at Saint Mary-of-the-Woods and nearby

Agritourism is a combination of agriculture and tourism. Of the about 1,000 acres of land at Saint Mary-of-the-Woods, Indiana, owned by the Sisters of Providence, you’ll find a herd of 40 fuzzy alpacas; flock of about 150 laying chickens; 7-acre USDA certified organic garden with high tunnels and greenhouses and an orchard; berry patches; nature trail; and a Farm Store.

You can schedule a guided tour or do a self-guided tour of all areas or portions of the small farm.

Isabelle McCurdy 800x

“I feel most connected to God when I am surrounded by nature.”

Isabelle McCurdy

Chattanooga, Tennessee, former White Violet Center for Eco-Justice intern
  • Riverscapes

    Riverscapes is a local initiative to enhance life along the Wabash River.

  • Wabashiki Fish and Wildlife Area

    The Wabashiki Fish and Wildlife Area is minutes from Saint Mary-of-the Woods and offers a walking trail and beautiful lookout and gathering area.

  • Aris Farms

    Aris Farms is down the road a piece and offers the opportunity to interact with many types of animals and learn about small farm living. Aris Farms on Facebook

  • Indiana State University Community Garden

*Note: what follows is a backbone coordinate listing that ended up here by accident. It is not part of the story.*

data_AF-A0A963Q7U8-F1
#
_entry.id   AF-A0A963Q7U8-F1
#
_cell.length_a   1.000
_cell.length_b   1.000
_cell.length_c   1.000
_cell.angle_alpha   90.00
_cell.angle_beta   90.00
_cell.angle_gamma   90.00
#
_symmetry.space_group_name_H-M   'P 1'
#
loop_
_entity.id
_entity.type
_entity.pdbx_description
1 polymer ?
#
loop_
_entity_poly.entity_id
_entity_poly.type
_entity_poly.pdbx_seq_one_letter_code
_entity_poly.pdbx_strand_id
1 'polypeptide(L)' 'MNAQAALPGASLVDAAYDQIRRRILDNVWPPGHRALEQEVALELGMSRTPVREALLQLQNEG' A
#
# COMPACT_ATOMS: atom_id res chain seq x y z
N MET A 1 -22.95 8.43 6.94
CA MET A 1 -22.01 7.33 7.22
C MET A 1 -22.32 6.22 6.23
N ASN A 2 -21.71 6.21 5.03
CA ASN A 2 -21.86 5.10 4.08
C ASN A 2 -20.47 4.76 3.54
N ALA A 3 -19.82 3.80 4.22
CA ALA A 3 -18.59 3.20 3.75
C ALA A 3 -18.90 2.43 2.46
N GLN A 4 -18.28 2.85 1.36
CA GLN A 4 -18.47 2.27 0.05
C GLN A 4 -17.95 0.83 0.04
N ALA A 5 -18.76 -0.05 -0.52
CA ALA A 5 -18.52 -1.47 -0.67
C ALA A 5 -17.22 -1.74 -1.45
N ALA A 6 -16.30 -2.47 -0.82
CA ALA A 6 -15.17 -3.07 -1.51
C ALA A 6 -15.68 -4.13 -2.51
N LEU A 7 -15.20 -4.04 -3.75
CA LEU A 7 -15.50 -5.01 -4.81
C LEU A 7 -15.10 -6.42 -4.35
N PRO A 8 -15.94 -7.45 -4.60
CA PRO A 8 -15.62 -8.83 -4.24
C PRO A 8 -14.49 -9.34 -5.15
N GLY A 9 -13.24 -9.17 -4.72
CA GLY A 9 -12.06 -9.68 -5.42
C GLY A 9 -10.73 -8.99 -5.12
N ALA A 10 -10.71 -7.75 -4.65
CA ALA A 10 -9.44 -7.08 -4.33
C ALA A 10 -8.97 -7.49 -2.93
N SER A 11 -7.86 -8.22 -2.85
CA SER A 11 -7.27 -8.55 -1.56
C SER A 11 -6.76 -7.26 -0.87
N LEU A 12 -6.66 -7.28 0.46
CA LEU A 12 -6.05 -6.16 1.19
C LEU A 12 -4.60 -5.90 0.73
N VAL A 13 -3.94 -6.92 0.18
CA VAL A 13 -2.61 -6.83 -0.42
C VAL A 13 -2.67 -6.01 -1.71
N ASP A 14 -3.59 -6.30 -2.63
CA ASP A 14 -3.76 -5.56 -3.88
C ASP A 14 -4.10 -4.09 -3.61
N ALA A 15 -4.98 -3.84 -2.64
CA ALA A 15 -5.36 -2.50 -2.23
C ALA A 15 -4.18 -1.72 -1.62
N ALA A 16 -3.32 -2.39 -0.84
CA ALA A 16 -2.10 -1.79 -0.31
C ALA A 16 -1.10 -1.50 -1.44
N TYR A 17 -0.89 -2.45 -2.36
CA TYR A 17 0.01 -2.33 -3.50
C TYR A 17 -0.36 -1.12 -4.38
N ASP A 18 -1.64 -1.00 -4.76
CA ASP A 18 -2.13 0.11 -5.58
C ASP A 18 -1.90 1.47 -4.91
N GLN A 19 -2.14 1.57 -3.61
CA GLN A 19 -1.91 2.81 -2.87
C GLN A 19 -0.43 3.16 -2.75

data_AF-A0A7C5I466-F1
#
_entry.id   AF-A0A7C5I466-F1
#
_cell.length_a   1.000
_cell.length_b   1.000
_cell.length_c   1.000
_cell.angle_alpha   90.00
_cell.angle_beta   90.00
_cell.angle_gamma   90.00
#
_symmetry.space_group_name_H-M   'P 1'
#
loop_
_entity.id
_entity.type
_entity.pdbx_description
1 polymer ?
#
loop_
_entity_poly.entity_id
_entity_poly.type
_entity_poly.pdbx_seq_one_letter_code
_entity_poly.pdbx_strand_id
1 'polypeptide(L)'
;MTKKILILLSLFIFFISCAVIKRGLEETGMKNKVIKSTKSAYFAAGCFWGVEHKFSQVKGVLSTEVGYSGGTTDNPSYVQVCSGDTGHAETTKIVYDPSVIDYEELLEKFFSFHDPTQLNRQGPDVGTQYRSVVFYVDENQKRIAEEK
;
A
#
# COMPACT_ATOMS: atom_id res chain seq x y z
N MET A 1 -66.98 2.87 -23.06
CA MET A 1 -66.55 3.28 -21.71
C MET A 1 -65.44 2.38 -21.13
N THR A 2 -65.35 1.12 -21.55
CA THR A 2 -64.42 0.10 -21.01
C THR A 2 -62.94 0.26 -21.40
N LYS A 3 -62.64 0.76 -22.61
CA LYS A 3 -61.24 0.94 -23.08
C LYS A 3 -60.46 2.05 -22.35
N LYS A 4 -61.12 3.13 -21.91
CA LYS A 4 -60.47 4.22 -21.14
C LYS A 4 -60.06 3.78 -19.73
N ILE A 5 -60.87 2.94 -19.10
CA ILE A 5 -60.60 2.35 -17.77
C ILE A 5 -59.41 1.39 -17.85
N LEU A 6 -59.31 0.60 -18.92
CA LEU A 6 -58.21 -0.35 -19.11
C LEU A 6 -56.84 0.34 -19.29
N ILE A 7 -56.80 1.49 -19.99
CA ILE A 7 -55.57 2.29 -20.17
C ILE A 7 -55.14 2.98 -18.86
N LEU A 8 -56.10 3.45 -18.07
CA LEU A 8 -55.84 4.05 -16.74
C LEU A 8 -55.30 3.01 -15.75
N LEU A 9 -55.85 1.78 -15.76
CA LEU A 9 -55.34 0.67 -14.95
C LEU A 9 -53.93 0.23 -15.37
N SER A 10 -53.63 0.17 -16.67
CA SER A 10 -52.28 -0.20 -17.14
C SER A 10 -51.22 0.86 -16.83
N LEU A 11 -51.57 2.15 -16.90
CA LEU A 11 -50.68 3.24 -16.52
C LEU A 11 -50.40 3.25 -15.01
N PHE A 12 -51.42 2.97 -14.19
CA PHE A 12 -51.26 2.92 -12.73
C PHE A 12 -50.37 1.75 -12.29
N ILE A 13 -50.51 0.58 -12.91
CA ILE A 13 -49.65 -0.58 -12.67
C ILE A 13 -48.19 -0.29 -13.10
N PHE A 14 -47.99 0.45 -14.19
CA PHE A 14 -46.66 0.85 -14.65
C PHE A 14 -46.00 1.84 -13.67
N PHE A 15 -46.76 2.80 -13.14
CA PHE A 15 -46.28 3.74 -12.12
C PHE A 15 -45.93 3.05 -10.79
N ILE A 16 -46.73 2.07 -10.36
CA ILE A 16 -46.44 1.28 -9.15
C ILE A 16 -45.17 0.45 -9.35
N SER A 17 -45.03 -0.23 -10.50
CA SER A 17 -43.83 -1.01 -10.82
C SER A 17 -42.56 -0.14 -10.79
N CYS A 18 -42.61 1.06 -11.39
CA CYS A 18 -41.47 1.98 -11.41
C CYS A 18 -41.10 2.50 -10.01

is perfect if you love to grow your own food, but don’t have the space. More at

  • Clabber Girl Bake Shop

    Bake shop, museum and the baking powder corporate headquarters is downtown Terre Haute.

  • Covered bridges

    If you have time, it’s work checking out one or two of the 31 covered bridges in Parke County, Indiana.

  • Turkey Run State Park

    Turkey Run State Park offers camping, hiking trails, canoeing/tubing/kayaking.

Wabash River

We are minutes from the Wabash River, which is biologically rich. There have been 75 rare species of mussels and 151 species of fish call the Wabash River home. This is among many reasons conservationists call the Wabash River a treasure in Indiana. Paddlefish and lake sturgeon inhabit the river. Read more about the Wabash in the Tribune Star.

This close-up shows some of the detail work on the shrine itself. All different kinds of shells were used.

The shells inside Saint Anne Shell Chapel came from the Wabash River in 1875.

Upon their arrival, the firs thing Saint Mother Theodore and her postulates did was seek out a Log Cabin Chapel, which would serve as their very first "convent".

Get in touch

Use the form here to email us about tours, or you can contact us directly at 812-535-2925.

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Organic gardening, fiber arts, and alpacas


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